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You will find some of them published in the following publications; 8th AF NEWS, September, 2002, page 62; 8th AF NEWS, December,2002, page 9; GHOST WINGS,Issue 12, page 16.
A little background may help you. I was in the 9th Bomb Group (which flew B-18 A's) when it was transferred from Mitchel Field, NY to Rio Hato on the Pacific side of Panama on November3,1940. The "Hello Suckers" sign greeted us on arrival in two foot of mud. The other photo of Panama was taken at the ruins of "Old Panama" on the Atlantic side of the canal and was not a "patrol" but a staged picture of my friends and myself in the 1st Air Depot Group showing off the new steel hemets and cartridge belts we were just issued (just days before Pearl Harbor).
As far as the 2nd Strategic Air Depot of the 8th Air Force, it was Sta.127 at Little Staughton until it moved to Abbots Ripton as Sta.547 in January, 1944. Most of the pictures were taken at Abbots Ripton, not Little Staughton. In regards to the pictures
I have the following comments: The A-20 and B-24 were at Abbots Ripton. The three picturesof a plane being lifted by cranes is "Gremlins Delight".
The person in the Bronx Bomber photo is me.
The "B-17 combat damage..." is the picture of a new inner wing panel being installed on a B-17F "Patches". This is normally not done outside of the factory and was a famous first for us. I have since read of other such happenings.
The Mosquito photos are at Abbots Ripton.
The B-24 photo "The Jinx' is not mine nor are any of the following photos. Sorry to have rambled on so,but you have to forgive an old buck.Whether you use the photos or not is your decision. If you you do use them ,please make the corrections noted above.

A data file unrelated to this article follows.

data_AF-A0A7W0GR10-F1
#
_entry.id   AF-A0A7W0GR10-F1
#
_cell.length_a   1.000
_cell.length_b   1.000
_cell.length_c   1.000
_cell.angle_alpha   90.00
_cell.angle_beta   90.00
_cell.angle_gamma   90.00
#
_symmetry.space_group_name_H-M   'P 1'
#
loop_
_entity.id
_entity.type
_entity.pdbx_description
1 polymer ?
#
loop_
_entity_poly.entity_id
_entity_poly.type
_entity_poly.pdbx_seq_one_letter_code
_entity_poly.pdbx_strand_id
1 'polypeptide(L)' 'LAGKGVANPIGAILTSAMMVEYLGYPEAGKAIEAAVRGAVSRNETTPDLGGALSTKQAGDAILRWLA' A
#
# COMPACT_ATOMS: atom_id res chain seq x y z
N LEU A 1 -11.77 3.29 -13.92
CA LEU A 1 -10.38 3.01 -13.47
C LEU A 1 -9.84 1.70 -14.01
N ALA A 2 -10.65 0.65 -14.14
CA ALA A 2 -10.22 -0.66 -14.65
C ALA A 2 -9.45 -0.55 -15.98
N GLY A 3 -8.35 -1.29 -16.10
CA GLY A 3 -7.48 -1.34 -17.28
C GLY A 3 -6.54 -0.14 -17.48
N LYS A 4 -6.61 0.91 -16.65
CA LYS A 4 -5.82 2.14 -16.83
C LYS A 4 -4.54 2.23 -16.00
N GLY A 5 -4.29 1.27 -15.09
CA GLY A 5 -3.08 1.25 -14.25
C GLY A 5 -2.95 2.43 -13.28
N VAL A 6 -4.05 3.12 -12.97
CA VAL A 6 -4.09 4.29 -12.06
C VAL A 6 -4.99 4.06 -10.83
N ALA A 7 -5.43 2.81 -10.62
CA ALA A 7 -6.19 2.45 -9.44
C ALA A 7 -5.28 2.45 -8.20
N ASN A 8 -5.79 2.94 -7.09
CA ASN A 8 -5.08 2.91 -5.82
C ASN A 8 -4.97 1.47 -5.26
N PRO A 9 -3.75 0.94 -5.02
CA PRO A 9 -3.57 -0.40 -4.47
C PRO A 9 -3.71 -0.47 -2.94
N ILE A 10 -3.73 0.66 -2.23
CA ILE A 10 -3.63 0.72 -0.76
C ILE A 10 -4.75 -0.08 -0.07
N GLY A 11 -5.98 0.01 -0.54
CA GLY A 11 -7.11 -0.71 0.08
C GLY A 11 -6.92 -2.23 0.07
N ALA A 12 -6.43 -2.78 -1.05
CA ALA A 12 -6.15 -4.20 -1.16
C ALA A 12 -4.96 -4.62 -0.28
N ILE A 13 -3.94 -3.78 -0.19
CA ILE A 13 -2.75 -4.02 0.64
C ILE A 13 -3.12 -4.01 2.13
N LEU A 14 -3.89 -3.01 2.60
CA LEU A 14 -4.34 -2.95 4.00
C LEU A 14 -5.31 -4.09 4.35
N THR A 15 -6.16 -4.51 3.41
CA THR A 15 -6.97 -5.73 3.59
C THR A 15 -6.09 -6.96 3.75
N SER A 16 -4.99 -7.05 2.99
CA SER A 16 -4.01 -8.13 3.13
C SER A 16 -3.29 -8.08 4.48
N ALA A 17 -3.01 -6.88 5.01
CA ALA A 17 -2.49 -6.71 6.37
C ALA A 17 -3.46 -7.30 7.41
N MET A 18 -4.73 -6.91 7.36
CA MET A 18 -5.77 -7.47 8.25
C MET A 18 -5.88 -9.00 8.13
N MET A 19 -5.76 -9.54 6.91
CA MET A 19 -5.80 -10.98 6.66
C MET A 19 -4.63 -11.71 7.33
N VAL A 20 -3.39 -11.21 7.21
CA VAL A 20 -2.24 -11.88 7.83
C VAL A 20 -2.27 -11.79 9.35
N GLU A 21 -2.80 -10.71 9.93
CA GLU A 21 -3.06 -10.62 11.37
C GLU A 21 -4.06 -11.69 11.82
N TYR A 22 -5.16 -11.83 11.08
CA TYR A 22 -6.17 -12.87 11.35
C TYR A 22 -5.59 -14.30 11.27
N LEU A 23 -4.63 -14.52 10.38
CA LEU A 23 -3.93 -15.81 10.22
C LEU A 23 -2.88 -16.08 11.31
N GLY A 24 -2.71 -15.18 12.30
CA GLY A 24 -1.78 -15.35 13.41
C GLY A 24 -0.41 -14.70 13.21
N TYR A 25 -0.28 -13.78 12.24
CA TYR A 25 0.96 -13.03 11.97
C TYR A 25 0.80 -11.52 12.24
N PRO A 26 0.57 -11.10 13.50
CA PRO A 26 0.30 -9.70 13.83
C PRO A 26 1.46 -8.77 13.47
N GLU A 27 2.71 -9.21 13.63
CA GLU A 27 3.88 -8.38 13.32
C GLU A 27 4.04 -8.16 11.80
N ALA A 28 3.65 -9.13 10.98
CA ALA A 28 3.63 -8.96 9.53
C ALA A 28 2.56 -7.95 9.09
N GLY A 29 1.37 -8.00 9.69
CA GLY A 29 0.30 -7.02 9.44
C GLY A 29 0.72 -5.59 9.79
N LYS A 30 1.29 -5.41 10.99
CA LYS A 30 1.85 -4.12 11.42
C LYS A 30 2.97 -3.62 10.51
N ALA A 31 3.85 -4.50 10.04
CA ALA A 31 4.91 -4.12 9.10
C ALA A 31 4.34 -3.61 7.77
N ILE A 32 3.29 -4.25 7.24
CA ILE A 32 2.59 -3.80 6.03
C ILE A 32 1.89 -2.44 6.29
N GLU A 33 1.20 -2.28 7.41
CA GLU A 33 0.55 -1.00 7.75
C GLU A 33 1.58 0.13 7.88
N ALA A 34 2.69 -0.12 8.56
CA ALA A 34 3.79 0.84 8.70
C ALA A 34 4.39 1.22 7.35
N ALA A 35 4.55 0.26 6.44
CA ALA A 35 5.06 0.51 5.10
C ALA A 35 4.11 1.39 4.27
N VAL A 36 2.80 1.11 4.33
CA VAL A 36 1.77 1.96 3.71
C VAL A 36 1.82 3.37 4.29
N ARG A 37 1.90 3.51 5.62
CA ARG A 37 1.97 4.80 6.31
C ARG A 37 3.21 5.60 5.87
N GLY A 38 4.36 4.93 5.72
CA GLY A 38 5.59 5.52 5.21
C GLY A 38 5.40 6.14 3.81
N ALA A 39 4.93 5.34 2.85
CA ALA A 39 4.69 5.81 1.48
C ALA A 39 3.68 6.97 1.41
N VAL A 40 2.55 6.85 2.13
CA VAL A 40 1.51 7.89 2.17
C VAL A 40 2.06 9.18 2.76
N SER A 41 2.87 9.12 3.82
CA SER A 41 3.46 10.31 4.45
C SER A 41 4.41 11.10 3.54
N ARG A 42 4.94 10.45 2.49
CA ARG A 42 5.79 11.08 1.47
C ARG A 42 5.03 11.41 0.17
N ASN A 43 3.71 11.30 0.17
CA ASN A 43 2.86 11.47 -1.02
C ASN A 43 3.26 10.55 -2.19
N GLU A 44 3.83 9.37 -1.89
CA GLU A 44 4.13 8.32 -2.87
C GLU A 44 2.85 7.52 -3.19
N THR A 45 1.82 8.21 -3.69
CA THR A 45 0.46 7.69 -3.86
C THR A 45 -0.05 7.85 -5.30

The rest of the page is as I found it on a domain expired web site - see the above notes from Joseph.
Little Staughton was a Strategic Air Depot (SAD) base where major overhaul of aircraft was performed for units in the 1st Air Division.
Greeting sign on 1st Day Rio Hato Panama
Beach at Rio Hato 9th Bomb Gp
B-18s were one of the early attempts at heavy bomber production in the USA.
On patrol on 7 Dec 1941 in Panama
Heavily battle damaged aircraft were often told to divert to station 127 and land there to avoid closing down their own runway at their home base. As a SAD site, all major repairs could be performed there, landing at that airfield meant all the specialized equipment to move aircraft were already there.
Stansted, now a major passenger airport in the UK, was also a SAD base.
A-20 Havoc at dispersal
B-24 S/N 251194
B-17G at night after crashing. Recovery crew working to clear the field of it.
B-17G Lady Millicent during crash landing
B-17G down gear up flaps landing of Lady Millicent on USAAF Station 127. View from other side of field.
B-17G being picked up by mobile crane during recovery operations on base.
B-17 engine being lifted away from wreck. Name of aircraft is obscured by the crew watching the salvage. partial reads "remli" as first part and "deli" as part of the 2nd name.
B-17 detail of crew during recovery of Flying Fortress
B-17 number 1 engine damage due to crash landing on base.
B-17F S/N 239839 after crashing in England Note fire damage on feathered #3 engine, nose plexiglas is shot away, tail damage, starboard wingtip damage. November 29, 1943.
B-17 'Half and Half' Tail Number 31828 You can see the repaired middle section since it is all natural metal. The complete new section is from behind radio room to forward of the tail which was replaced from a natural metal finish B-17G aircraft. Tail number is 31828.
B-17 fitted with Jato rockets for assisted takeoff.
They often fitted JATO to ships which had landed in small fields. After a quick repair to the point they could fly them back to their main airbase, JATO was added to enable them to fly back for full repair.
B-17G The Bronx Bomber
Close up of a B-17 being on a tracked mover after crashing.
Another view of B-17G on the tracked
B-17 combat damage repair between hull and wing
B-17- radar Pathfinders taxing out for mission
B-17 maintenance work joining rear to forward fuselage
This is inside a T-2 hanger I believe.
What 1/2 of a B-17 undergoing repairs looks like in a hanger at station 127
Base 127 Little Staughton
A Mosquito visiting Little Staughton
B-24 named "The Jinx"
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